The President of the Mahomet-Seymour Education Association, Joan Jordan, said while the two sides have seen agreement in more areas, teachers' primary concern is insurance. She said the school board's proposed increase is 90-percent less than what was paid in previous contracts, meaning higher premiums for its members. Jordan said that means union members making as little as $16,500 would see a loss in pay.
"They've got money. They don't want to spend it." said Jordan. "But there are real people with lives attached to this though. I just hope that they'll come back and offer us what they should have started with."
The teacher's union has rejected the district's offer for a 2-year contract with salary increases of more than 2-percent for the first year... and just over 3-percent for the second. School Board President Terry Greene called the offer 'extremely generous' considering the economic times. The union proposed a 5-percent raise in the current year and 6-percent the next. Greene said combining that with the insurance teachers are seeking, that means Mahomet Seymour would be cutting programs, laying off employees, and class sizes would 'explode' a year from now.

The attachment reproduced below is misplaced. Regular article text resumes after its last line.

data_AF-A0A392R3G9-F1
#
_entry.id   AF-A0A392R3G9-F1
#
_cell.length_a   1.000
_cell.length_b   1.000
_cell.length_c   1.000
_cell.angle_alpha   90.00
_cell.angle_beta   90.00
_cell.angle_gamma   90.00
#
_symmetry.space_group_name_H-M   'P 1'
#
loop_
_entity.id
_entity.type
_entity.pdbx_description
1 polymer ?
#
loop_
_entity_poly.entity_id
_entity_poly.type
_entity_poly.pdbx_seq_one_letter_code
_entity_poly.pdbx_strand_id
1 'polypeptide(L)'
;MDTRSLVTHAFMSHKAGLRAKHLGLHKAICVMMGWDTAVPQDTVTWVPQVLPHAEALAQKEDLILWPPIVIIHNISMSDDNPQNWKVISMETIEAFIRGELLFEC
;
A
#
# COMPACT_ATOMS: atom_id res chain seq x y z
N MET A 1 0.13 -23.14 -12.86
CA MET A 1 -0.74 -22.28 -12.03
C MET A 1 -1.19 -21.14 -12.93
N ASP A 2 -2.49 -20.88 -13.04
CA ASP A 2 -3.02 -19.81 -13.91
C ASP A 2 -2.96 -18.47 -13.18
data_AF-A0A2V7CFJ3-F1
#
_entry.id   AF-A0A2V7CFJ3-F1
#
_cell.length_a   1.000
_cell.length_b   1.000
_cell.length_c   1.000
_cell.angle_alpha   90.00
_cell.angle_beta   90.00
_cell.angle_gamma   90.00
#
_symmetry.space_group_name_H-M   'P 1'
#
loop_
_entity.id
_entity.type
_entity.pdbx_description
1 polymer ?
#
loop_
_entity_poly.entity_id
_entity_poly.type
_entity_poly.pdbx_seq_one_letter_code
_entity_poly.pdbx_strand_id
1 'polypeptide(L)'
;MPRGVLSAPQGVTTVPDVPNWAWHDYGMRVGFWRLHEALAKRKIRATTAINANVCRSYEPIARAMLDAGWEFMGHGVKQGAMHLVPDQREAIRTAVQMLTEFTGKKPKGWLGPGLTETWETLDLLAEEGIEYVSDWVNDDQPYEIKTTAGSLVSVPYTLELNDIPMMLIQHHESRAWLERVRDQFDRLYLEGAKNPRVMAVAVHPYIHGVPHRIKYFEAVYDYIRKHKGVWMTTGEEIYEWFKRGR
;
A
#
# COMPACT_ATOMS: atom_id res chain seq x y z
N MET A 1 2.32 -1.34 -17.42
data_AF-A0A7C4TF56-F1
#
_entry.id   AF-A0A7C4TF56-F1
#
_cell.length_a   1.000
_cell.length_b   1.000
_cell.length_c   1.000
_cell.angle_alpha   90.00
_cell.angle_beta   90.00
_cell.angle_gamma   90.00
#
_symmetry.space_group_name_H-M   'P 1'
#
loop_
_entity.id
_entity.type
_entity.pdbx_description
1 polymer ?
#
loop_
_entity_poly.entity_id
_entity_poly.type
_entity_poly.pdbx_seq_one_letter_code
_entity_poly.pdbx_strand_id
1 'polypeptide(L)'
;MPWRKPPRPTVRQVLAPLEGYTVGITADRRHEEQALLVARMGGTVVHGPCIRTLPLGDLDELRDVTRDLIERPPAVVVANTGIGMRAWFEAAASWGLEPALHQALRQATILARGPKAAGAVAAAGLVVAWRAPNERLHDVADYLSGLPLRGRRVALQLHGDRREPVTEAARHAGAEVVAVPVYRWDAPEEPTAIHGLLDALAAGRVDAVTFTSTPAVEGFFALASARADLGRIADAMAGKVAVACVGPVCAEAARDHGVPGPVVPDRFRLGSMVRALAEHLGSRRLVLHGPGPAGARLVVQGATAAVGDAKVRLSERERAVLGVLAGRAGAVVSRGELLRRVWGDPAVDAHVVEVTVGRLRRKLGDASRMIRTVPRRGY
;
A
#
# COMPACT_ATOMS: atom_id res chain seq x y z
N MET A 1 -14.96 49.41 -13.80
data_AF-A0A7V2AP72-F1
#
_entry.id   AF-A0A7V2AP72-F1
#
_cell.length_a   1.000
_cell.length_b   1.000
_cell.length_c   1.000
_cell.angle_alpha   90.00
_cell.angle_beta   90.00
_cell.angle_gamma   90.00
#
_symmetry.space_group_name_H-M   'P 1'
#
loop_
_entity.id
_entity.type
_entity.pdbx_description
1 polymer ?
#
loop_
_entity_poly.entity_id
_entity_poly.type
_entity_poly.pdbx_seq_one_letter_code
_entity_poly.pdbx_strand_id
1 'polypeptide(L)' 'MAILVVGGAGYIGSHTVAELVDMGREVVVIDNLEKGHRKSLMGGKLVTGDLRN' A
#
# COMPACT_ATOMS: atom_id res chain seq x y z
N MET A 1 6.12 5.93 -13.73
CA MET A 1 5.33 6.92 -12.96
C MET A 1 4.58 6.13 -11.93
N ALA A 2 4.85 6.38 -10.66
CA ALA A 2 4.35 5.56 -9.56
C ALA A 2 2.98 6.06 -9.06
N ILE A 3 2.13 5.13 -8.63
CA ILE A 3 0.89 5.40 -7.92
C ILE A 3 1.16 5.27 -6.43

"The days of 5 and 6-percent salary increases, at least for the short term, are over." said Greene. "And Cadillac insurance plans for families, while it would be nice to provide that, we don't have enough money in our school district to solve that problem."
Jordan said the union hopes to meet again with the board prior to Thursday.
A federal mediator will sit down with administrators and teachers in the Mahomet Seymour district in hopes of bringing progress to contract talks.
Thursday night, Mahomet Seymour Education Association members rallied before a negotiation session - union president Joan Jordan and Unit 3 superintendent Keith Oates says those talks made some headway. The next step is a 6:00 session tonight with a mediator who was called in on short notice - if there's no deal tonight another session is set for Sunday afternoon.
Jordan says salary, insurance and contract language issues are still unresolved. She says teachers don't want to start the new school year next Thursday without a contract agreement - last week they filed an intent to strike notice.
The Champaign School Board has unanimously approved a new three-year contract for nearly 500 support staff. This comes six months after negotiations began between the Champaign Educational Support Professionals union and the school district, and more than a month after the old contract expired.
The contract includes a 65 cent pay raise for teaching assistants after one year, and a 50 cent increase each year for the following two years. Board President Dave Tomlinson says teacher assistants in Champaign have traditionally made less money compared to aides in nearby school districts.